are here for the first time restored with something like accuracy and life-like proportions. As already hinted, the remains of fishes are but sparingly found in the uppermost beds of the system; and it is still an open question with



1, Pterygotus Acuminatus; 2, P. Bilobus; 3, Ceratiocaris (bivalved Crustacean).
From the Upper Silurian or Passage Beds of Lanarkshire.

geologists, whether these are to be viewed as marking the close of the silurian or the dawn of the devonian epoch. For our own part, we accept them as part and parcel of the silurian fauna; and though negative evidence forbids us in the meanwhile to enter on our lists the remains of insects, reptiles, birds, and mammals, there is nothing that militates against the likelihood of their occurrence. On the contrary, all analogy favours the supposition that the great types of life-radiate, molluscan, articulate, and vertebrate-were from the beginning contemporaneous on our globe, and that it is to the minor modifications of the type, and not to the type itself, we are to look for that gradation and progress

which marks the geological periods. In this opinion we are further fortified by the decidedly expressed conviction of one of the ablest investigators of the present age. "However much naturalists may still differ in their views regarding the origin, the gradation, and the affinities of animals," says Professor Agassiz in his Essay on Classification, "they now all know that neither radiata, nor molluscs, nor articulata have any priority one over the other as to the time of their first appearance upon earth; and that, though some still maintain that vertebrata originated somewhat later, it is universally conceded that they were already in existence towards the end of the first great epoch in the history of our globe. I think it would not be difficult to show, upon physiological grounds, that their presence upon earth dates from as early a period as any of the three other great types of the animal kingdom, since fishes exist wherever radiata, molluscs, and articulata are found together, and the plan of structure of these four great types constitutes a system intimately connected in its very essence. Moreover, for the last twenty years every extensive investigation among the oldest fossiliferous rocks has carried the origin of vertebrata step by step farther back; so that, whatever may be the final solution of this vexed question, so much is already established by innumerable facts, that the idea of a gradual succession of radiata, molluscs, articulata, and vertebrata, is for ever out of the question."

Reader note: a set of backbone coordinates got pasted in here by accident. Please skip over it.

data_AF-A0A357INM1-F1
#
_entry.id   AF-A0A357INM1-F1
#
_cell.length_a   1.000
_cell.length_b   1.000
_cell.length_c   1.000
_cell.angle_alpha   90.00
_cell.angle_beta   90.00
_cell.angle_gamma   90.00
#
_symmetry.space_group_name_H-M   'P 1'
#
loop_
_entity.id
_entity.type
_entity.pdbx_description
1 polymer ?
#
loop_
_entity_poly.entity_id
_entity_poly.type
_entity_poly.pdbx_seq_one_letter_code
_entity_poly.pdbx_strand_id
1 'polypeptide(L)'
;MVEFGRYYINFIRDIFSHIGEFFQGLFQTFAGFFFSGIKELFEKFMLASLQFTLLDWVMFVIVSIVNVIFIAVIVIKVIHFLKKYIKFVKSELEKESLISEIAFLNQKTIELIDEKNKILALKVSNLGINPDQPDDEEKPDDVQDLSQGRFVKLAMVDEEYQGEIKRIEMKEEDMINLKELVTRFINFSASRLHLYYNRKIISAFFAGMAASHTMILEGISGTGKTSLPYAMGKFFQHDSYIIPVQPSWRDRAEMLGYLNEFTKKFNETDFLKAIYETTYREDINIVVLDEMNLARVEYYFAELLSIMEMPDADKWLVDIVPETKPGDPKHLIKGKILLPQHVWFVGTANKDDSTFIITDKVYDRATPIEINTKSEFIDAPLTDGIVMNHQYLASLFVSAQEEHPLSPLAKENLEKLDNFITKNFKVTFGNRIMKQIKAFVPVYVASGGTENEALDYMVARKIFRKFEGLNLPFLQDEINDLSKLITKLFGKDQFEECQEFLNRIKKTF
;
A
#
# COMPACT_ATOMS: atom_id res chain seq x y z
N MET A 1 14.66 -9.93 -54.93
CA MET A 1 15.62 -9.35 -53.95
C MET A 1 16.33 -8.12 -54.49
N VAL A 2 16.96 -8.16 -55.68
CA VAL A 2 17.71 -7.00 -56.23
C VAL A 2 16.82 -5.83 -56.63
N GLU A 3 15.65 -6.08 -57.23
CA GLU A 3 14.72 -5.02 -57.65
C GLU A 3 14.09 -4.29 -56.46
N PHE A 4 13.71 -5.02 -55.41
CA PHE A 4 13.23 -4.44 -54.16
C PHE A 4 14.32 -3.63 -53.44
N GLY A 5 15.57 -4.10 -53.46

Here, then, in the silurian system we find nothing abnormal or marvellous! Its sediments tell of seas whose shores, in favourable localities, were clad with weeds, and whose waters were thronged with zoophytes, star-fishes, sea-urchins, shell-fish, and crustacea. Plant-feeder and animal-feeder start simultaneously in the race of life; and it requires no great stretch of fancy to repeople silurian waters, busy and joyous on a summer's eve as the tribes